The fifth sup purifies me,
The sixth cup calls me to the realms of the immortals,
The seventh cup - Ah, but I can take no more........

7th century Chinese poem

17th -18th century Chinese teacups - made of rhinocerus horns

Chinese: 茶杯 /chaa bay/ chá bēi
There are two kinds of tea cups: 
  • large teacups for making tea and holding tea 
  • small teacups for tasting tea.
Gongfu teacups for tasting tea

Most tea cups are made of ceramic, porcelain or purple sand earthenware. 
In tea culture, tea aficionados choose tea cups according to the color of the tea.


Chinese teacups are small when compared to the Western teacups.  
The cups generally are small and contained 2 or 3 sips of tea.
Some teacups are slightly larger particularly the Japanese and Korean styles.

  
The 'Zhong' or Gaiwan are also considered drinking cups as well as a brewing vessel. 

Gaiwan - for drinking and brewing tea

Sunday, February 17, 2013

Yixing teapots -18th/19th century


Three miniature Yixing teapots, 18th/19th century
Each of globular form with conical spout, loop handle and domed cover with knopped finial
 All with impressed seal marks -- maximum 4 in. (10 cm.) wide. (3)


Five Yixing teapots, 18th/19th century
Variously moulded with confronting dragon and phoenix, bamboo, rope motif, one with incised caligraphy, four with impressed marks -- maximum 5 in. (12.7 cm.) high. (5) 


A group of Yixing pottery teawares, 18th century

Each piece of cinquefoil form, variously decorated with cream relief moulded floral decoration, comprising a milk jug and cover, a teabowl and saucer, a larger saucer, and a cup with loop handle; and a cinquefoil teapot stand, similarly decorated -- maximum 6¼ in. (15.8 cm.) wide, 4¼ in. (10.5 cm.) high. (5)

Friday, February 15, 2013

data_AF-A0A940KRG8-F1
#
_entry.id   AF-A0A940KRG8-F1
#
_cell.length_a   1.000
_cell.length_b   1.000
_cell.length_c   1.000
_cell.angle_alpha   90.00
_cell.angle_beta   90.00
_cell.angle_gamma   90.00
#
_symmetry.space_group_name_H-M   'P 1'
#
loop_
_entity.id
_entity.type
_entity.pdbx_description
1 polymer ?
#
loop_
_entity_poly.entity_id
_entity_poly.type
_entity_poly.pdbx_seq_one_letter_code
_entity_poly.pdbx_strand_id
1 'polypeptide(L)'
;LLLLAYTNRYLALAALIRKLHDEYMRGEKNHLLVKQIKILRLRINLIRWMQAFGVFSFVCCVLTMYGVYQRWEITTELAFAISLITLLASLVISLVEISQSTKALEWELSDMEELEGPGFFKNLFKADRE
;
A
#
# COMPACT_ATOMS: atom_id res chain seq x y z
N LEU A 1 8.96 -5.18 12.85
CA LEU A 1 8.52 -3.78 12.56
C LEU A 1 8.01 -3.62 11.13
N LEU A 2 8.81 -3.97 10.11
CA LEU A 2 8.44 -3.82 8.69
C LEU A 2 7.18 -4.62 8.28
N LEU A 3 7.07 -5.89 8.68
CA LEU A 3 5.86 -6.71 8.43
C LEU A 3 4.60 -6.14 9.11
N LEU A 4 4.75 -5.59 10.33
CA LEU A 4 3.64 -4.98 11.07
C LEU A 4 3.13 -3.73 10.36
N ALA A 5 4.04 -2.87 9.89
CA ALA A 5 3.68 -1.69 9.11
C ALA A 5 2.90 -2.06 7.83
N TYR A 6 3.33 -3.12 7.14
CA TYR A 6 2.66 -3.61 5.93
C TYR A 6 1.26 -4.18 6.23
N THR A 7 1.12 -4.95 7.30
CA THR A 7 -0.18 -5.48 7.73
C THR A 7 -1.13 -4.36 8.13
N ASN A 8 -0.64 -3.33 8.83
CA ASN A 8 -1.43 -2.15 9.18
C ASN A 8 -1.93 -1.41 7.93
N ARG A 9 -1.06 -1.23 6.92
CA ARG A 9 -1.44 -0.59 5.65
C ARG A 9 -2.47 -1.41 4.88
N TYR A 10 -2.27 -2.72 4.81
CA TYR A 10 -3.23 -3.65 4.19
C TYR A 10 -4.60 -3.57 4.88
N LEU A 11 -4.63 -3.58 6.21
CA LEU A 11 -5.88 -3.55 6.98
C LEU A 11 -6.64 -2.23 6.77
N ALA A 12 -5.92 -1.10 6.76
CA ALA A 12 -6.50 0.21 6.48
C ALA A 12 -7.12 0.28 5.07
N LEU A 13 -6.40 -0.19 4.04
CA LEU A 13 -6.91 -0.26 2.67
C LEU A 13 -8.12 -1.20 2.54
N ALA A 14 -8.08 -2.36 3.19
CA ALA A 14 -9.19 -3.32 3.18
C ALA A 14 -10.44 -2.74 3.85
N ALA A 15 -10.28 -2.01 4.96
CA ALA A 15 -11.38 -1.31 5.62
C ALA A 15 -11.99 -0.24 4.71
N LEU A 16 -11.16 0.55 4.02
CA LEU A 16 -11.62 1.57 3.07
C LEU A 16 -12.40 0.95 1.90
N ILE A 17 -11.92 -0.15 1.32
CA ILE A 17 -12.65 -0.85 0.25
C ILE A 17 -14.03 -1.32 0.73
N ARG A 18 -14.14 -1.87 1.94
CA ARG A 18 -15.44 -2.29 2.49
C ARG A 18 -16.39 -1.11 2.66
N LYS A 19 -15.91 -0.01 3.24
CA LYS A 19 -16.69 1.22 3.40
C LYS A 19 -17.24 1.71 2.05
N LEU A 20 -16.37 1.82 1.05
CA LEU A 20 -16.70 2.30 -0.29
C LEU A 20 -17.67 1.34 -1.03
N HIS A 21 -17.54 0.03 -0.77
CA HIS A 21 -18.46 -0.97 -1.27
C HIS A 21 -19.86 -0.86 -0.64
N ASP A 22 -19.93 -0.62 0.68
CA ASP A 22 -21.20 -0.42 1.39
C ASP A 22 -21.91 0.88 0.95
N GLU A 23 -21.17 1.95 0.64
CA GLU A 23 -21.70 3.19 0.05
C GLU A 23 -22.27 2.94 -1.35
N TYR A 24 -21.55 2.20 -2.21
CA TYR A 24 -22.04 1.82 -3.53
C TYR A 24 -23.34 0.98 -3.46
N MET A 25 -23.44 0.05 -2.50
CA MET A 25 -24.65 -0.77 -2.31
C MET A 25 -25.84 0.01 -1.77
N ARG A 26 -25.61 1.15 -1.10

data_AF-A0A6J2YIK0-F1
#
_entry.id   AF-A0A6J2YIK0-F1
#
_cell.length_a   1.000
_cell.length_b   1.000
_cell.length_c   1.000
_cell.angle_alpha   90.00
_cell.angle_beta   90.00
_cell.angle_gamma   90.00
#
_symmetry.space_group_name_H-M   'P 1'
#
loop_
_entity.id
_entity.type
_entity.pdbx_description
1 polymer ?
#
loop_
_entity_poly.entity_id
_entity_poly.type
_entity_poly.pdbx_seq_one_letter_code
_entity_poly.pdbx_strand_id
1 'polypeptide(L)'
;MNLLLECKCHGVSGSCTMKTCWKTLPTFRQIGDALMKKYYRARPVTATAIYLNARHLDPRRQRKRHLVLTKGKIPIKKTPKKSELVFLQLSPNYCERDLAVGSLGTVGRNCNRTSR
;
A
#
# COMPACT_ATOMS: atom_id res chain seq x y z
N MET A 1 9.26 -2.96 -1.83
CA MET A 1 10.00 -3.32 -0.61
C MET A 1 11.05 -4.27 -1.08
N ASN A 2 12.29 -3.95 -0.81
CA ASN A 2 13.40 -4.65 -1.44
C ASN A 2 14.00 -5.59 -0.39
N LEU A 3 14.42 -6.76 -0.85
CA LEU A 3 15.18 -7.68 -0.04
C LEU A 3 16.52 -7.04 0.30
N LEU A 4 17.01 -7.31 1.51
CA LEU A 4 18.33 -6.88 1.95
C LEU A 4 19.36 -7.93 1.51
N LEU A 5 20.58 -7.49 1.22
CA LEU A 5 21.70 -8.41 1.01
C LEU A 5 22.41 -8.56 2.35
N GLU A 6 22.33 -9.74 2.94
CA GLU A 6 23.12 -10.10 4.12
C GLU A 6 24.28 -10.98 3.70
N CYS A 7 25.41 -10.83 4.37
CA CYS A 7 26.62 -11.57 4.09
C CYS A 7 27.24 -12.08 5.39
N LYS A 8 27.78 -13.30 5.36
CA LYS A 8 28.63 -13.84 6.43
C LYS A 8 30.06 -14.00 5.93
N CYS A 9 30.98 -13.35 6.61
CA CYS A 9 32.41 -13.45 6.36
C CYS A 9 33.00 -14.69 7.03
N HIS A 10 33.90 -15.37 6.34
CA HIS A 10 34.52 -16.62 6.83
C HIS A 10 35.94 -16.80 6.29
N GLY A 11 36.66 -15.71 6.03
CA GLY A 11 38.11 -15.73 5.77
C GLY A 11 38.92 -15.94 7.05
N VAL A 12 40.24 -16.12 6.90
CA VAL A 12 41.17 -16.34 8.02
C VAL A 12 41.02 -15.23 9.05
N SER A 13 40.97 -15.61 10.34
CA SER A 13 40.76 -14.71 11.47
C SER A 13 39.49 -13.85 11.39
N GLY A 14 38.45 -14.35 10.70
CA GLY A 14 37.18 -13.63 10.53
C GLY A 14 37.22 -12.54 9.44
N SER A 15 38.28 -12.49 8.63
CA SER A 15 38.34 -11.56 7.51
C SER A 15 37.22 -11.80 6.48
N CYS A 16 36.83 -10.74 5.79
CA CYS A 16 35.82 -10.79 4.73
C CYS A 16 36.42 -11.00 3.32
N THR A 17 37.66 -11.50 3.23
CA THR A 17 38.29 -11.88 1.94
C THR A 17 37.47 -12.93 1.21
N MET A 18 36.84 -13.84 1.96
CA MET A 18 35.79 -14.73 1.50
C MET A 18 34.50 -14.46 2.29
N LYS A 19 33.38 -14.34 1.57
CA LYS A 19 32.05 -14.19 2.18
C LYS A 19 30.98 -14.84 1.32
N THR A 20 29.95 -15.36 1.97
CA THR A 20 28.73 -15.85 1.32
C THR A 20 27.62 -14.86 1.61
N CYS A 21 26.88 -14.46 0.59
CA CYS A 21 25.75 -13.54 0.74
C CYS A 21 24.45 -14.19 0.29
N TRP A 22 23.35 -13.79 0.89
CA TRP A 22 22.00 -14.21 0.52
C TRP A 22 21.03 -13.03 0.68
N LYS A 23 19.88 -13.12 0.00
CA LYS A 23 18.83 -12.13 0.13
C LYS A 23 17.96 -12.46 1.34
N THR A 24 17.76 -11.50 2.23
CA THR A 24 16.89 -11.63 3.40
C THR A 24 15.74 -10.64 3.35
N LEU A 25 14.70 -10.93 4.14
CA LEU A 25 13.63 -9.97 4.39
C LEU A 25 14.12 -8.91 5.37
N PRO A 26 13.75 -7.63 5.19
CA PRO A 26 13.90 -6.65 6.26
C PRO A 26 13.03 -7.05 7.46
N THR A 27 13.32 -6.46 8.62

Nanking Cargo - Zhuni Yixing Teapot


This teapot was discovered from Nanking cargo shipwreck.
 c1750 dated to Qing dynasty
Qinglong reign (AD1736-1795)
 Glaze degradation due to extensive immersion in seawater 
The original cover intact. 
This is consider middle size teapot with plain motif.
 

Period: Qing Dynasty
    
Condition: Excellent.
    
Measurement: L-18.5cm, H-14cm


Wednesday, February 13, 2013

Chinese Porcelain Teapot Early Ming Dynasty


Blue and white glazed porcelain teapot with peaches
 China, early Ming dynasty (1368-1644); unmarked. 

Dimensions: 16"H x 12"W x 7"D

Condition report:
Pockmarks and chipping to top; overall good condition.

Tuesday, February 12, 2013

Tea Ware Care


Primed on the left and unprimed on the right

Cleaning teaware is about nuturing it.
Teaware is an investment to the practice of the art of brewing and drinking tea.
It will become your heirloom pieces.
Great care must be taken in the cleaning process.
 
Tea ware are tools.
Like all tools, when well cared  for will last a lifetime, perhaps becoming an heirloom.
Wash teapots in hot water with no soap.
Teapots that are made of clay must be primed before first use.
This will remove the residue of any loose clay sediments.
Teacups, if they are porcelain, wash it with soap and hot water.
If the cups are unglazed rinse well in hot water rubbing it with a paper towel, no soap.

After use

•Remove the old tea leaves from the teapot.
•Rinse thoroughly in hot water without soap and leave the teapot to air dry.
•DO NOT USE SOAP OR ANY DETERGENT WITH YOUR CERAMIC/CLAY TEAPOTS.
•When the teapot is dry, you may rub the teapot with a clean tea towel
  to remove water stains and to polish it.
•Make sure your teapot is air dried completely before doing the following.
•Put a little of the unbrewed tea leaves in the dried teapot and store away until next use.
•This will infuse the pot with the with its aroma.


Priming a brand new teapot

•Rinse the pot in hot water a few times.

•Soak the teapot in a strong infusion of the particular tea you will use for that teapot.
•Leave the teapot overnight in the infusion.
•Next day, remove the teapot from the infusion and rinse thoroughly in hot water without soap.
•Air dry the teapot before storing away.


It is recommended that ceramic/clay teapots be designated for one type of tea per teapot.
Ceramic/clay takes on the characteristic of whatever it contains and will therefore influence flavors and aromas.
Porcelain teapots may be used with multiple types of tea.

 
The teapot to the far left is about 15 years old and used with an aged puerh tea.
The teapot in the center is about 2 years old and used with a raw puerh tea.
The teapot on the far right is about 13 years old and used with Alishan premium tea.